When looking at an abandoned house, the average person sees chipped paint, cracked windows and red tags. But the Ingham County Land Bank sees an opportunity.
"We can take the worst house on the block and make it the best," says Ingham County Treasurer Eric Schertzing.
And they can do it for as little as a few thousand dollars. The county is buying tax-foreclosed properties and renovating them or building brand-new homes. They've already sold for, and at this rate, Schertzing says the county plans to continue building two per month.
By giving new life to old housing, like their latest project on the 900 block of N. Pennsylvania Ave., they hope to eliminate housing auctions, which often result in the creation of rental properties.
"When we sell these properties, we sell to owner occupants. We're taking rental out of the equation in the neighborhood we're working in," Schertzing says.
These renovations are also meant to take a chunk out of Lansing's more than 500 properties tagged as unlivable.
"We've got a partnership with the Land Bank and the city of Lansing," Schertzing says. "Mayor Bernero and his neighborhood development staff have asked us to make red-tagged homes a priority to renovate."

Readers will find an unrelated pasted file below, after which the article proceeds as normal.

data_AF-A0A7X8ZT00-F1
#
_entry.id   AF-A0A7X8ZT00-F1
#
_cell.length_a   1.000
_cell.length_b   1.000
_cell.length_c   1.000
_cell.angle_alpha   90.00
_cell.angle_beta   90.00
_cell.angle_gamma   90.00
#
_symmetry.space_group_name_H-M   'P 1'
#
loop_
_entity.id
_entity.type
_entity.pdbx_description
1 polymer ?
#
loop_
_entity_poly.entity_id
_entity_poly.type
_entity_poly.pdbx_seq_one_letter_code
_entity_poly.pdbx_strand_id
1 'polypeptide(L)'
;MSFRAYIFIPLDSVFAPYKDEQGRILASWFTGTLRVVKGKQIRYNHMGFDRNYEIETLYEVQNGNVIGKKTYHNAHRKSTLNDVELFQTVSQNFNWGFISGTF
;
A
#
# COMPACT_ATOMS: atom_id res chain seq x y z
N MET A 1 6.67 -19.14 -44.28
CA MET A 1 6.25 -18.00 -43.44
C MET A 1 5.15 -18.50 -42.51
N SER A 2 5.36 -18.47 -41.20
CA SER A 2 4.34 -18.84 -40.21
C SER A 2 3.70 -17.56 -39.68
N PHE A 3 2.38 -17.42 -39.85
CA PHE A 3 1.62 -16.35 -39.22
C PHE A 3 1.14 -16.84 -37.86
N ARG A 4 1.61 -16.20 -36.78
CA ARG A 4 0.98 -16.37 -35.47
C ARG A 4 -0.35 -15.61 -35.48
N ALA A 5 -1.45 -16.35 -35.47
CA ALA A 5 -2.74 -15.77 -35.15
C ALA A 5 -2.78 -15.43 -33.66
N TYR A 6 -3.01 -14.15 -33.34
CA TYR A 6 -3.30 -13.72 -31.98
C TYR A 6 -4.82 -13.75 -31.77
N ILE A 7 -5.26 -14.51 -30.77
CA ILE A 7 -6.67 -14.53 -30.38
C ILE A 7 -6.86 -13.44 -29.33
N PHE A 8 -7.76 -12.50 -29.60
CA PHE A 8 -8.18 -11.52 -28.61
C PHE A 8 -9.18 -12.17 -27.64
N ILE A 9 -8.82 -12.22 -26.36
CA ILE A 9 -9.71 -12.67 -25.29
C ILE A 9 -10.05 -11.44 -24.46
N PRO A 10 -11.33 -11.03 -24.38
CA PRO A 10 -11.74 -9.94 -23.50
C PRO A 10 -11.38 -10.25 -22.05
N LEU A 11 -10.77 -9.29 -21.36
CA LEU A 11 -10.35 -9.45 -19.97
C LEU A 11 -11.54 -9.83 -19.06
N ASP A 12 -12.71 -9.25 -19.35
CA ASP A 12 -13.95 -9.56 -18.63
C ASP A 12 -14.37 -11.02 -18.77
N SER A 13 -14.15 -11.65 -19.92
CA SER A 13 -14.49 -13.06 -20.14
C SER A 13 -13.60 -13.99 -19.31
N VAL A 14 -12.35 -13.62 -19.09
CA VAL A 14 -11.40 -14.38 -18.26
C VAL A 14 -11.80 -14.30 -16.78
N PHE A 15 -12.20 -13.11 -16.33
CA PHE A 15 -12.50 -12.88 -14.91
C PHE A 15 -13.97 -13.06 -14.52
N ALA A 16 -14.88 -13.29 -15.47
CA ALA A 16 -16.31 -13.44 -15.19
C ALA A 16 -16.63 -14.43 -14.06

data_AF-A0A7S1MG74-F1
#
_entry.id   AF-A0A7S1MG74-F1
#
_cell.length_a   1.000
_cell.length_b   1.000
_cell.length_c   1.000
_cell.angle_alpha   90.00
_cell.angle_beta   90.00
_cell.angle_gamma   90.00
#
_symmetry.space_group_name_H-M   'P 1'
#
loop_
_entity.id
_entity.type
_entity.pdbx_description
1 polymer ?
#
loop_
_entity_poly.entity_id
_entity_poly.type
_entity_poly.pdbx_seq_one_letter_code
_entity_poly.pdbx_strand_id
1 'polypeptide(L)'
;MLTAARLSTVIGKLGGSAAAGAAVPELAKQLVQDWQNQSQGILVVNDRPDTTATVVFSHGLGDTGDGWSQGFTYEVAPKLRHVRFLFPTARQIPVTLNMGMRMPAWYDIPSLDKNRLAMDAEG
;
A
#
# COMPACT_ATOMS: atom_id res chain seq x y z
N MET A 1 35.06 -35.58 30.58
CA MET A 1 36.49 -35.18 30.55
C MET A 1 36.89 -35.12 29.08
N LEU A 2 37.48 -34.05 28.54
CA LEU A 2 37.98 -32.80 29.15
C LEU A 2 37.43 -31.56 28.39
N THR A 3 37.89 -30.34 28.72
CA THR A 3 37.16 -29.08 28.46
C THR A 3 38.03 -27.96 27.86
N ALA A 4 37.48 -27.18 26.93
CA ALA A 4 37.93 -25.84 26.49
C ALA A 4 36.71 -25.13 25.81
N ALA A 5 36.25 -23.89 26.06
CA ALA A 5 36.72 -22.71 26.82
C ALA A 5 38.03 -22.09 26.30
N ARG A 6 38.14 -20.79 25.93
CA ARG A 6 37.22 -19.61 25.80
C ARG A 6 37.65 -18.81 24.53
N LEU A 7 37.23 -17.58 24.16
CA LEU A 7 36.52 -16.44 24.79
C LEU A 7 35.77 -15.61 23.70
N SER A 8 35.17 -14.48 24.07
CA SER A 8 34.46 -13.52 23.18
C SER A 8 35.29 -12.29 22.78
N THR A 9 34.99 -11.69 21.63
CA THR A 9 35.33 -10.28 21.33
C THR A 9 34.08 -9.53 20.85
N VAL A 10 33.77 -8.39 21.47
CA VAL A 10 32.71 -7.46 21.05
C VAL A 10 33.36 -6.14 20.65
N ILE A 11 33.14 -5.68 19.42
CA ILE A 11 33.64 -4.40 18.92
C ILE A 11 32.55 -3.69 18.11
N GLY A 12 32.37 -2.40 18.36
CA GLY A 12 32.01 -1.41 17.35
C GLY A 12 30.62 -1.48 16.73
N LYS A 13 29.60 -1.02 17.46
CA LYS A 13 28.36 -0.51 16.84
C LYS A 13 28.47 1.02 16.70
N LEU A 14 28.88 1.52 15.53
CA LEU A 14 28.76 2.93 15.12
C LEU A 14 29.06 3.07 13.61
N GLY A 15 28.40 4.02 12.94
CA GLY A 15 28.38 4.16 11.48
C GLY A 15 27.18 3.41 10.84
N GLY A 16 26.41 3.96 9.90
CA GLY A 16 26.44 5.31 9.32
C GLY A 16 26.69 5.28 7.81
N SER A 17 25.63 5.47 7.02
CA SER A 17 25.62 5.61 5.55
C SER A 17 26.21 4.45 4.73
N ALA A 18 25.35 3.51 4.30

"When we refurbish a house and bring it back to productive use, it's a positive impact on the neighborhood," echoes Bob Johnson, Lansing director of planning and neighborhood development.
Johnson points to the "broken window" theory; improve one property, and the other homeowners will most likely follow suit. And even as rental properties and auctioned homes decrease with the Land Bank, he doesn't expect crime displacement.
"One step at a time, house by house," he says as the way to go about the housing changes.
Anyone can make an offer on these homes, but Schertzing says it's important for him to check the buyers' backgrounds. Both the homes and the buyers are investments for the county.
The house on N. Pennsylvania is running for just under $90,000.